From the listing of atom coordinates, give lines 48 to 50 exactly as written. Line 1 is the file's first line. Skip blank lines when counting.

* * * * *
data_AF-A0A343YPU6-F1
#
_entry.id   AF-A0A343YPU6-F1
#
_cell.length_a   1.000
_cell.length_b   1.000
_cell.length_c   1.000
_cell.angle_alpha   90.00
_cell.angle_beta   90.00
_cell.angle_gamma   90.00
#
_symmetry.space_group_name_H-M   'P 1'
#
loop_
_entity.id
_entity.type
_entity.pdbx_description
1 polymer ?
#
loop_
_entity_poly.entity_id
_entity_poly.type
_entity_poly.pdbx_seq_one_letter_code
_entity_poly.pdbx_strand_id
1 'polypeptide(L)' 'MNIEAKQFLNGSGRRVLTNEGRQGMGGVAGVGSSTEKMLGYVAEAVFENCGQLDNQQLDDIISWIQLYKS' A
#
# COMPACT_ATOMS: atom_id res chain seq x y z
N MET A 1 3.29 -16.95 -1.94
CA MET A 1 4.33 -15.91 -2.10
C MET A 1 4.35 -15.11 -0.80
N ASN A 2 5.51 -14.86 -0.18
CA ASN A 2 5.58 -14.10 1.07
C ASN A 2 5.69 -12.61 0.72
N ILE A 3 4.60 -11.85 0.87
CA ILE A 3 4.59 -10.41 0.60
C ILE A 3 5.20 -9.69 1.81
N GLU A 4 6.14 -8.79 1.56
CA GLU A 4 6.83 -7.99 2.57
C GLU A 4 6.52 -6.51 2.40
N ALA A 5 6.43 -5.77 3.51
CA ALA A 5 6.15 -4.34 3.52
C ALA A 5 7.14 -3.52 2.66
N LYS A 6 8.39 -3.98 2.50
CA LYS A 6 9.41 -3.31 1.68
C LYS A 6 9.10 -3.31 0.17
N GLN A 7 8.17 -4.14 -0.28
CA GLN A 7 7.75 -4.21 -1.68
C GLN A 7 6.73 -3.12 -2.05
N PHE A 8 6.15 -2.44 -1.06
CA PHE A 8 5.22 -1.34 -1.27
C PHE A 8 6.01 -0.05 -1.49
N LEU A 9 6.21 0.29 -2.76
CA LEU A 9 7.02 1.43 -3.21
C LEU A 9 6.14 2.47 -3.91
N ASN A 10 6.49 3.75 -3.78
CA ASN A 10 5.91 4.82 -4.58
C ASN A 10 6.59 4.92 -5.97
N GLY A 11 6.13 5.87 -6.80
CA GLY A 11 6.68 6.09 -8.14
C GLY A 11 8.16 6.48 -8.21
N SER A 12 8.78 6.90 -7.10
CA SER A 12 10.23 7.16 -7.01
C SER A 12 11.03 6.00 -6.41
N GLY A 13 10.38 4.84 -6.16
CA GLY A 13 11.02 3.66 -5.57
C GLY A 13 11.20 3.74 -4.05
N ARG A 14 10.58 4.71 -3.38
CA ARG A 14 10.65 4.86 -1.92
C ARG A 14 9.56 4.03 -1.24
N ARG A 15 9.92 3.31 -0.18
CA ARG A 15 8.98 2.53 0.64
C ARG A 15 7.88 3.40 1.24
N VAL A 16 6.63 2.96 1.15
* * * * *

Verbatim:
C GLN A 7 6.73 -3.12 -2.05
N PHE A 8 6.15 -2.44 -1.06
CA PHE A 8 5.22 -1.34 -1.27